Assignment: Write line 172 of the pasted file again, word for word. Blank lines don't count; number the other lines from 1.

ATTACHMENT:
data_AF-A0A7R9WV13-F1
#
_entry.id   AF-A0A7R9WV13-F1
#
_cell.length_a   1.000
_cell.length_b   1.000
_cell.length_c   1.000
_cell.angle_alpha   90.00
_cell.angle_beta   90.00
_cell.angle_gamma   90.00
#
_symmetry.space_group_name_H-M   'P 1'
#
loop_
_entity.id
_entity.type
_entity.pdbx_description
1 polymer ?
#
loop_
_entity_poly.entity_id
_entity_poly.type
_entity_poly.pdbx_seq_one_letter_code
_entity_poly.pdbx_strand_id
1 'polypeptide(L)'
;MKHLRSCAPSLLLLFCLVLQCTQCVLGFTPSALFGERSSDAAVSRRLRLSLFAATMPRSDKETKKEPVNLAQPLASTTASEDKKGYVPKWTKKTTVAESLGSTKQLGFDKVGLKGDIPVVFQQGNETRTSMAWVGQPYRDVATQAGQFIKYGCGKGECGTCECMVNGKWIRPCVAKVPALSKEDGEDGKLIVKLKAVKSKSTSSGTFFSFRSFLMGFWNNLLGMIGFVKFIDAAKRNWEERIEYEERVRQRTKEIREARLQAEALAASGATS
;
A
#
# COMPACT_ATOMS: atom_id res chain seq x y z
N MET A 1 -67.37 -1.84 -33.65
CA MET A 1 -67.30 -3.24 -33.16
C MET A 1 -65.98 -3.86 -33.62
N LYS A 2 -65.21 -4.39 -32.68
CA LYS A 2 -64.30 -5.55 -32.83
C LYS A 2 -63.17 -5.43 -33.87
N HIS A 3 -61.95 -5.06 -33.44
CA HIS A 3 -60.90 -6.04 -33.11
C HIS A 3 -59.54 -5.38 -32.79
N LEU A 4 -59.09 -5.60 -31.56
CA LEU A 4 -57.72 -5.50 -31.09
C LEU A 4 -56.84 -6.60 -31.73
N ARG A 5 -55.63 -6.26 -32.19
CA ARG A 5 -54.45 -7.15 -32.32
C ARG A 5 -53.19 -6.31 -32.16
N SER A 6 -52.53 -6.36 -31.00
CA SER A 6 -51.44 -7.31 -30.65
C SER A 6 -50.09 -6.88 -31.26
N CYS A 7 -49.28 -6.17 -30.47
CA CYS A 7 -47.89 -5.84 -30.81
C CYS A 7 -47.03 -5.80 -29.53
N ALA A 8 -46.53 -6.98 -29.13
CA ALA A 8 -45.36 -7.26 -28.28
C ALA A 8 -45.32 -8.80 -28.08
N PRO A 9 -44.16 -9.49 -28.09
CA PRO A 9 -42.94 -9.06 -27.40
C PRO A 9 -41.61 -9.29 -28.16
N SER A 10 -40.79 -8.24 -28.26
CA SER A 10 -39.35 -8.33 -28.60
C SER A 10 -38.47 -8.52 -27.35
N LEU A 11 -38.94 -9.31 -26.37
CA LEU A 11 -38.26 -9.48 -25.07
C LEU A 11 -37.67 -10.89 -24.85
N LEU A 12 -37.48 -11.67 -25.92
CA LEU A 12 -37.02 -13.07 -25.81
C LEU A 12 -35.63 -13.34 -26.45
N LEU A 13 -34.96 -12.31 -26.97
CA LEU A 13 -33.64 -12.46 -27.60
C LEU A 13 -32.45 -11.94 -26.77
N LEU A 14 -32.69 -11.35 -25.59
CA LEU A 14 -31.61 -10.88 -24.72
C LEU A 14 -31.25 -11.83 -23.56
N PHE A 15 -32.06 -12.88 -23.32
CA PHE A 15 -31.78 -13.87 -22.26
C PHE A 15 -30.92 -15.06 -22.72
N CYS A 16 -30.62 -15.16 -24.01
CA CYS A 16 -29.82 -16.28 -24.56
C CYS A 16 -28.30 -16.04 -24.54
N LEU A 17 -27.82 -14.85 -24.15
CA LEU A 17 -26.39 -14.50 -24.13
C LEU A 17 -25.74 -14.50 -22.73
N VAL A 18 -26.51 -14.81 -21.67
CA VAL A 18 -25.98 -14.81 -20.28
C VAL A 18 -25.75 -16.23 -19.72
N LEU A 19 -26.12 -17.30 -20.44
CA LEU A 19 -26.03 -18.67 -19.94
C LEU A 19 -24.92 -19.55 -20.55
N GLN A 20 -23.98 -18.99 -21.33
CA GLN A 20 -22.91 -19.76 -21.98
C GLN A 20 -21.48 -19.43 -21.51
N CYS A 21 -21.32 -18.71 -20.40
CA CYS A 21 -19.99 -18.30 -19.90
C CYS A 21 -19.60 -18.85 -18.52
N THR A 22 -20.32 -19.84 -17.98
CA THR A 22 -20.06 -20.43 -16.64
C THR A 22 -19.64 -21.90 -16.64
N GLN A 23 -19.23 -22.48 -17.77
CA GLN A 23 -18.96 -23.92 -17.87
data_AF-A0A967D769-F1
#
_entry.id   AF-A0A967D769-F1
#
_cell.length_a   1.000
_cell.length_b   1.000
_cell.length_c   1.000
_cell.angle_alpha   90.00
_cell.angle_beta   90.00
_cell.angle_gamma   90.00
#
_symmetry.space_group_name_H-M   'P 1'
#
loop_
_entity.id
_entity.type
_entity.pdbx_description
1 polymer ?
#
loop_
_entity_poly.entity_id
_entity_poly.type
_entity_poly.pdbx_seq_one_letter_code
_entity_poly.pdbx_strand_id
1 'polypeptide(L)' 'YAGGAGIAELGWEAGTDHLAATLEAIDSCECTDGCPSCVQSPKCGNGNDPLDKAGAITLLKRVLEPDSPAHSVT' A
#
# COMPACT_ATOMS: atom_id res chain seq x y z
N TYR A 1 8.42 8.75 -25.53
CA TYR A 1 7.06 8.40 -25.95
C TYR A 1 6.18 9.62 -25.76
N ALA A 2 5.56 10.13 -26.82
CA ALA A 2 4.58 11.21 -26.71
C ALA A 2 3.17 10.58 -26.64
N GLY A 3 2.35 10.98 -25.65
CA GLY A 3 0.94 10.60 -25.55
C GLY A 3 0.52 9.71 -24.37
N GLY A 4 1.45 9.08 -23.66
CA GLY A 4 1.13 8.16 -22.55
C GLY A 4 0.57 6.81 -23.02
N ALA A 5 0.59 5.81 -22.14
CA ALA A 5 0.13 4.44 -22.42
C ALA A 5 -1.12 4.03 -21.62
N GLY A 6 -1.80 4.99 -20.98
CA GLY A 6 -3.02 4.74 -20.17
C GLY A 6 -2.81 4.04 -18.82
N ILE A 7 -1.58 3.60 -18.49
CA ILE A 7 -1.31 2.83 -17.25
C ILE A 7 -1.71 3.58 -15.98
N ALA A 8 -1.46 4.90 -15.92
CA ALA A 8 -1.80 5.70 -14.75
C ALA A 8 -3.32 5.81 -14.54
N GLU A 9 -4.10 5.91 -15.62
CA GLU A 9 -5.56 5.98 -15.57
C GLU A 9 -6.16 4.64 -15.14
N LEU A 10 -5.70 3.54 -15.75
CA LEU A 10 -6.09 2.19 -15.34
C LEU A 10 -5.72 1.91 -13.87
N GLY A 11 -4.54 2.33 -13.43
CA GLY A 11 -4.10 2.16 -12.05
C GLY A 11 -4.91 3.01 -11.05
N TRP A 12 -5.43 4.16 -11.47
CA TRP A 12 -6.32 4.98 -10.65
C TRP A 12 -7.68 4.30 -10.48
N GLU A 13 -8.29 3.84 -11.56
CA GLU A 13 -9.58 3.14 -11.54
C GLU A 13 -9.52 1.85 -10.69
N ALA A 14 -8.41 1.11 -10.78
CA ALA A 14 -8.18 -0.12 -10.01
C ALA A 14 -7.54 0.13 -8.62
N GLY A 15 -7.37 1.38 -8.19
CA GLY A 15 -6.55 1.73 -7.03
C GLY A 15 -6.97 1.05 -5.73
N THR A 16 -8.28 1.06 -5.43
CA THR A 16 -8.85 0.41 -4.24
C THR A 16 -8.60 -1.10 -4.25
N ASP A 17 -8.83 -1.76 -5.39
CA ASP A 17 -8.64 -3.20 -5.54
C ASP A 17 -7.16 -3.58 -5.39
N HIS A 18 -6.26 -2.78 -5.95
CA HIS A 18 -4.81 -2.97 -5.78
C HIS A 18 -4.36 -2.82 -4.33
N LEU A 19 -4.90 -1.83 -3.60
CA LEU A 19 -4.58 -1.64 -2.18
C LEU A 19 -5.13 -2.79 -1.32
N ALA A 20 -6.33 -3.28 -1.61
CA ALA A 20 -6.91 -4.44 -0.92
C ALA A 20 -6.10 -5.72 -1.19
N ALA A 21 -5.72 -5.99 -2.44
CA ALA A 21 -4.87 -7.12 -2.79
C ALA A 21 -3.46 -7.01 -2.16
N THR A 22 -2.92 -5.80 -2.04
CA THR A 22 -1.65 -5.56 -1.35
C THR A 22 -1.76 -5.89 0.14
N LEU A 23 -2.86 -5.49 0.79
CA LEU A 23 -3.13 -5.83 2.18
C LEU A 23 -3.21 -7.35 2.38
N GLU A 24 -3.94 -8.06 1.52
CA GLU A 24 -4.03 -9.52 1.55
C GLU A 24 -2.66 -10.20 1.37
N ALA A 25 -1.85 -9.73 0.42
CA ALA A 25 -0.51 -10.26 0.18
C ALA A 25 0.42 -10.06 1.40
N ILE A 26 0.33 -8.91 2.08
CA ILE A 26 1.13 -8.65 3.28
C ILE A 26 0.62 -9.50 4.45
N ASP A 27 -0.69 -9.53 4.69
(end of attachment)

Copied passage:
CA THR A 16 -8.85 0.41 -4.24